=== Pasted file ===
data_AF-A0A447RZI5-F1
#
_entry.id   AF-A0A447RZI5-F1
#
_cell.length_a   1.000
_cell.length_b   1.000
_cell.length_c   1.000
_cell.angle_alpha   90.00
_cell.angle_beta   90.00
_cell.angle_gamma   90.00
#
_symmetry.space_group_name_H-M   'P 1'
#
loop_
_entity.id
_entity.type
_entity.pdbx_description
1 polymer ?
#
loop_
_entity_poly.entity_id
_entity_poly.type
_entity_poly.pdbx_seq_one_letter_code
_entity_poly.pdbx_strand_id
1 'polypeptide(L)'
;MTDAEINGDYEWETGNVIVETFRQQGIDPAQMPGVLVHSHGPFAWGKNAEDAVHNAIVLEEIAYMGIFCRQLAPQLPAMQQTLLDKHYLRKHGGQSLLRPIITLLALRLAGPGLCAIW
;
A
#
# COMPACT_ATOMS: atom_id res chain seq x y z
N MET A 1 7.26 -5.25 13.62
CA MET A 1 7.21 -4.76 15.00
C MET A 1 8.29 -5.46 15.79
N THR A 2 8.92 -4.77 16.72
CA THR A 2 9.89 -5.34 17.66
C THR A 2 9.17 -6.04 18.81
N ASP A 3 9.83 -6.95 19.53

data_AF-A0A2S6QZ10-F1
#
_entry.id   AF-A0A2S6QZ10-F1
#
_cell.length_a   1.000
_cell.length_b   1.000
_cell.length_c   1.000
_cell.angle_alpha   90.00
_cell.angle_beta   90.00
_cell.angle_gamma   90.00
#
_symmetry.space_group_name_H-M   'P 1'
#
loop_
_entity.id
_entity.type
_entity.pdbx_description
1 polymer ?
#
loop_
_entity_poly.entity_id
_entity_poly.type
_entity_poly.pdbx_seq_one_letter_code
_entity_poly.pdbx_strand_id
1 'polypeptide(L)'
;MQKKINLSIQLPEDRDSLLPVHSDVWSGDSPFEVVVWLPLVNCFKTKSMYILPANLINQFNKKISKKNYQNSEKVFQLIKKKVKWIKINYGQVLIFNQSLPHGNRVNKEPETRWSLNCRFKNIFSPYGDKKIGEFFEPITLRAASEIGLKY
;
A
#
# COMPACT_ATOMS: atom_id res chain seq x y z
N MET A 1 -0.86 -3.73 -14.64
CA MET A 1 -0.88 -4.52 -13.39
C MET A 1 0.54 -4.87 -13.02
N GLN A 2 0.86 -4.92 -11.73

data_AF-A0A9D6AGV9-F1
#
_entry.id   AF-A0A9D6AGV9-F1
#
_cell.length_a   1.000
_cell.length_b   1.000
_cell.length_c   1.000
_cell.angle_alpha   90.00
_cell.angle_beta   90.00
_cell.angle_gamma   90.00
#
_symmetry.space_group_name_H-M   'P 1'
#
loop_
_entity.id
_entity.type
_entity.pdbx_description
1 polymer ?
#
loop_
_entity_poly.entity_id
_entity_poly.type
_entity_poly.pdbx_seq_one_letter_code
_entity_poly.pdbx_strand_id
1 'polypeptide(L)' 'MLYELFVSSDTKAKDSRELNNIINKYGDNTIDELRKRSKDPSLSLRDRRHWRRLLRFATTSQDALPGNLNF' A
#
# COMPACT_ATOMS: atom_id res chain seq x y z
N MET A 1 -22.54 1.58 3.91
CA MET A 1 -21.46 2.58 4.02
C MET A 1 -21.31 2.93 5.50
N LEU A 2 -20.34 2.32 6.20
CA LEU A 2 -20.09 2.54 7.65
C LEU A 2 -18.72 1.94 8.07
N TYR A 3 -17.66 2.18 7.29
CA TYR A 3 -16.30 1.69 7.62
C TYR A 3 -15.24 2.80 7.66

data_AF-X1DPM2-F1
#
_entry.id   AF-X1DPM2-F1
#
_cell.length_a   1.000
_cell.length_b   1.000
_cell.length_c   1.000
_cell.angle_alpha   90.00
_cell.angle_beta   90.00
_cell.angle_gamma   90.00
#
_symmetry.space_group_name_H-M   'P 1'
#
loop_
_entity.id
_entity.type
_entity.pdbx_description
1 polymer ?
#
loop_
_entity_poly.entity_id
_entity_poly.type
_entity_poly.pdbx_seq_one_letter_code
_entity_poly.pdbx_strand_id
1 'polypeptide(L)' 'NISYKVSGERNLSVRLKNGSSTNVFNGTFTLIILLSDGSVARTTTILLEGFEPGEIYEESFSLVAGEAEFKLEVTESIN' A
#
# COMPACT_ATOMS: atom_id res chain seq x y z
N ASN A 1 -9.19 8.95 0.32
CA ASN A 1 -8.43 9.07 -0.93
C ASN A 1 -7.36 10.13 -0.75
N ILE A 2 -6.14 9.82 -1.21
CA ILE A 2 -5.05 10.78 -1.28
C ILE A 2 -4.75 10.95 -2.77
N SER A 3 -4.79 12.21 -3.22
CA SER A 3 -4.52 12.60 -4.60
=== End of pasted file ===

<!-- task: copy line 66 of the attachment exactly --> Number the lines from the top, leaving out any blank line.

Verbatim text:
#